Hey brands, millennials want you to help out
A new study finds the 18-to-30 set wants you to get involved in social issues. In Canada, that means the environment.
Around the globe, millennials have low trust in government and are looking to businesses to help address today’s largest social issues, a new study from MSLGroup finds. The global study, which surveyed 8,000 millennials (age 18 to 30 for the purposes of this study) across 17 countries, looks at how they want businesses to evolve into the future.
The majority of millennials around the globe – a full 83% – say businesses need to do more to help create positive change, and are willing to work with brands to achieve it, the report finds. Why should brands care? The report finds by 2025, millennials will make up 75% of the workforce, and by 2018 their earnings will outpace that of the baby boomer generation. And good business practices can just be good business, with two-thirds of millennials saying they reward these companies with loyalty and word-of-mouth recommendations. Seventy-nine percent say they want to hear when a company is doing good, while 69% want companies to make it easier for consumers to get involved.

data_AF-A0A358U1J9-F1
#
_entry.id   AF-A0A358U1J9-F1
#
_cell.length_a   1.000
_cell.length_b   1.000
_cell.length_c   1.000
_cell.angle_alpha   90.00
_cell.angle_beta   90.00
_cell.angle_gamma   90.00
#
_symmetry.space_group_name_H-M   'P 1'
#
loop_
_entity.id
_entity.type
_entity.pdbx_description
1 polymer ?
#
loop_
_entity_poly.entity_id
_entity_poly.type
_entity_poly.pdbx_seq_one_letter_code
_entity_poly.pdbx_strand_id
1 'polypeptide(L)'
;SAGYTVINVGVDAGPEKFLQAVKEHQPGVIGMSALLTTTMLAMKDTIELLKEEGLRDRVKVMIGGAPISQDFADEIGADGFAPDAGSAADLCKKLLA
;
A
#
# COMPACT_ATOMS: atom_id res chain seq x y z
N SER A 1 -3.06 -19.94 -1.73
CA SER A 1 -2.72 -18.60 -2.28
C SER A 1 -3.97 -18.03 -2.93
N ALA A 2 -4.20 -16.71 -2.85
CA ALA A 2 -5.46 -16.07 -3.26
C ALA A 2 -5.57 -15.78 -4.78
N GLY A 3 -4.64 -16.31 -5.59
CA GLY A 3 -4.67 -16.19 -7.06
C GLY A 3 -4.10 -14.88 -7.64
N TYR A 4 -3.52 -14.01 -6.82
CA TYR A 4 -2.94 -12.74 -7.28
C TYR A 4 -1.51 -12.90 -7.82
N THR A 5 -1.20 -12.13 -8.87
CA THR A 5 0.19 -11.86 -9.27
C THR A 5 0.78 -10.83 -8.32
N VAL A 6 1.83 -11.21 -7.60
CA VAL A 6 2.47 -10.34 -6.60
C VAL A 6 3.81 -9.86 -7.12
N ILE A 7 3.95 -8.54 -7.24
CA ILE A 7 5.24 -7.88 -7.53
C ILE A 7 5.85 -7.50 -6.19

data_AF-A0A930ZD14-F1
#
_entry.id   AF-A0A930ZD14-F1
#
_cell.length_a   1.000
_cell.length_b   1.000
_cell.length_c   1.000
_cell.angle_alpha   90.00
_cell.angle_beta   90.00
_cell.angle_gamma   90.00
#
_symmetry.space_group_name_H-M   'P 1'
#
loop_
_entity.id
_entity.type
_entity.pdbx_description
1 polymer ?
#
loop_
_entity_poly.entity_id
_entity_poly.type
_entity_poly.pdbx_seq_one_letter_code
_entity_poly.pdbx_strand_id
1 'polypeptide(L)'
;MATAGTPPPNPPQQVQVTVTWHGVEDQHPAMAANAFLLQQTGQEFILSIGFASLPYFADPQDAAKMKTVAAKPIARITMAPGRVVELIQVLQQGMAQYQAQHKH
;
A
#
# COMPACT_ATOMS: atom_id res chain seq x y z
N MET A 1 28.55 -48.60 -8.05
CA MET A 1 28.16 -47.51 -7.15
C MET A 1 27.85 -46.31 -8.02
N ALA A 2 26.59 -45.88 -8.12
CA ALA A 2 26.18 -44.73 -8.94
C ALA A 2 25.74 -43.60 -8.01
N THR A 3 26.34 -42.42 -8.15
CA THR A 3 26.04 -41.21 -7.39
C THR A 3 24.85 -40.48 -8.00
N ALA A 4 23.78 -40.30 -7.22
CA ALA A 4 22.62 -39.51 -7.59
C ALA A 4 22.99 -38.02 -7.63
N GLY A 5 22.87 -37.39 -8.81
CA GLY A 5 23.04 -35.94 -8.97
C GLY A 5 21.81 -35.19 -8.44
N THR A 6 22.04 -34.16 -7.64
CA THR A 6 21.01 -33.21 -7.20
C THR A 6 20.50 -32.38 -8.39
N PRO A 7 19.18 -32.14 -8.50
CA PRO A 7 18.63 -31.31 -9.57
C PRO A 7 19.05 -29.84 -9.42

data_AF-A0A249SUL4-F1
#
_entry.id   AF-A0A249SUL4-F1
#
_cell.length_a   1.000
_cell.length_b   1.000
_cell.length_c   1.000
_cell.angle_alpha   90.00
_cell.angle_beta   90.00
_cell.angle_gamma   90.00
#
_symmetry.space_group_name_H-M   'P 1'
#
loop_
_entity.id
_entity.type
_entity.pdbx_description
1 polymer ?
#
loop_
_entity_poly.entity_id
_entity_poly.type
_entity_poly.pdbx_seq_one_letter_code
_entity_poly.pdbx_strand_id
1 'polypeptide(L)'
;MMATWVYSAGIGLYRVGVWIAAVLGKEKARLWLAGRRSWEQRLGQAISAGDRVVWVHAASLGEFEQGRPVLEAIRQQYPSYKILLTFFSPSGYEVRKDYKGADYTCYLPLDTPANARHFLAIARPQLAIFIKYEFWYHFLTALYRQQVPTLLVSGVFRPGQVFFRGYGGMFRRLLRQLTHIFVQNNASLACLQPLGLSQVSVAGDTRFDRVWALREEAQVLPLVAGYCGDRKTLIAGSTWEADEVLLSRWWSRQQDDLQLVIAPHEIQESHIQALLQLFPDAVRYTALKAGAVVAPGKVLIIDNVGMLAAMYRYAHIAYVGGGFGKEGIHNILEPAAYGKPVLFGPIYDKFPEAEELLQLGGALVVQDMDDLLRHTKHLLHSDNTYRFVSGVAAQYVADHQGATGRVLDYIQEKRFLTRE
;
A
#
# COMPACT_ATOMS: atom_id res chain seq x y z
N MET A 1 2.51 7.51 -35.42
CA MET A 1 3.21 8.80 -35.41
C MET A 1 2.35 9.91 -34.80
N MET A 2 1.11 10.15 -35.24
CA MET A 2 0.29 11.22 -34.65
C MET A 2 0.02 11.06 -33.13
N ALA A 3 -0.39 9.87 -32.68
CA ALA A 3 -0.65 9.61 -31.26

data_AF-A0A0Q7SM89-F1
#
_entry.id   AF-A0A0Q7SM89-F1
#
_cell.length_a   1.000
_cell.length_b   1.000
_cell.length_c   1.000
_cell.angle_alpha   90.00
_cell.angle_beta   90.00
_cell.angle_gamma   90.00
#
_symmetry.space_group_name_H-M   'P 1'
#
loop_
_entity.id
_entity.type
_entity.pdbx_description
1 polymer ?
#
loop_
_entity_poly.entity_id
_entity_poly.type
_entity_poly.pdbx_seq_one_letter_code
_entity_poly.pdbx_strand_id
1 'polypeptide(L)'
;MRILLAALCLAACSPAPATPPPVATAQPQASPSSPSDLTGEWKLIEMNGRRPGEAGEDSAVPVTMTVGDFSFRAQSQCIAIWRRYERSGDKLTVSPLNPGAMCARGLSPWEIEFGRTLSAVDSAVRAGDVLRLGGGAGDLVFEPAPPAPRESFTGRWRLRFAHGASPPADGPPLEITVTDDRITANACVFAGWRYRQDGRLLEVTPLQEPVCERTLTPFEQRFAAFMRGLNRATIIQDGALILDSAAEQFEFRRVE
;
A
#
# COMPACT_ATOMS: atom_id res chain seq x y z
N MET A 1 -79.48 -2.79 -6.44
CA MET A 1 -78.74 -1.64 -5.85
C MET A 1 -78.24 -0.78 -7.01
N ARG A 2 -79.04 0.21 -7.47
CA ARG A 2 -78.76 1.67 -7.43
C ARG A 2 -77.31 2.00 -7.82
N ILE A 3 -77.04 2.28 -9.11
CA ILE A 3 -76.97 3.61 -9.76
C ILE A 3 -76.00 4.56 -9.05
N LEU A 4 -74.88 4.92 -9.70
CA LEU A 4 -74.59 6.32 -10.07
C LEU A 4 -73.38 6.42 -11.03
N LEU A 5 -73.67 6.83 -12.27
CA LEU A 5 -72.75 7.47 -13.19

In Canada, there are 9.5 million millennials (including seven million in the workforce), making up 28% of the total population. The top concerns for Canadian millennials include having enough money to live right and pay the bills (55%), environmental pollution (52%), inflation and high prices (52%), protecting the environment (50%) and affordability of healthy food (48%).
Canadians wants business involved in protecting the environment (71%), though on a more practical level, they want businesses to send aid to Third World nations, (57%), prevent environmental pollution (74%), work towards a sustainable planet (74%), expand renewable energy resources (73%) and protect the environment (72%).
When it comes to making a difference, Canadians want the process to be simple and have a strong impact. Older millennials tend to be more likely to give through donations, the study finds, whereas younger ones are likely to volunteer their time. Interestingly, women want their employers to find more ways to participate in cause efforts throughout the year.
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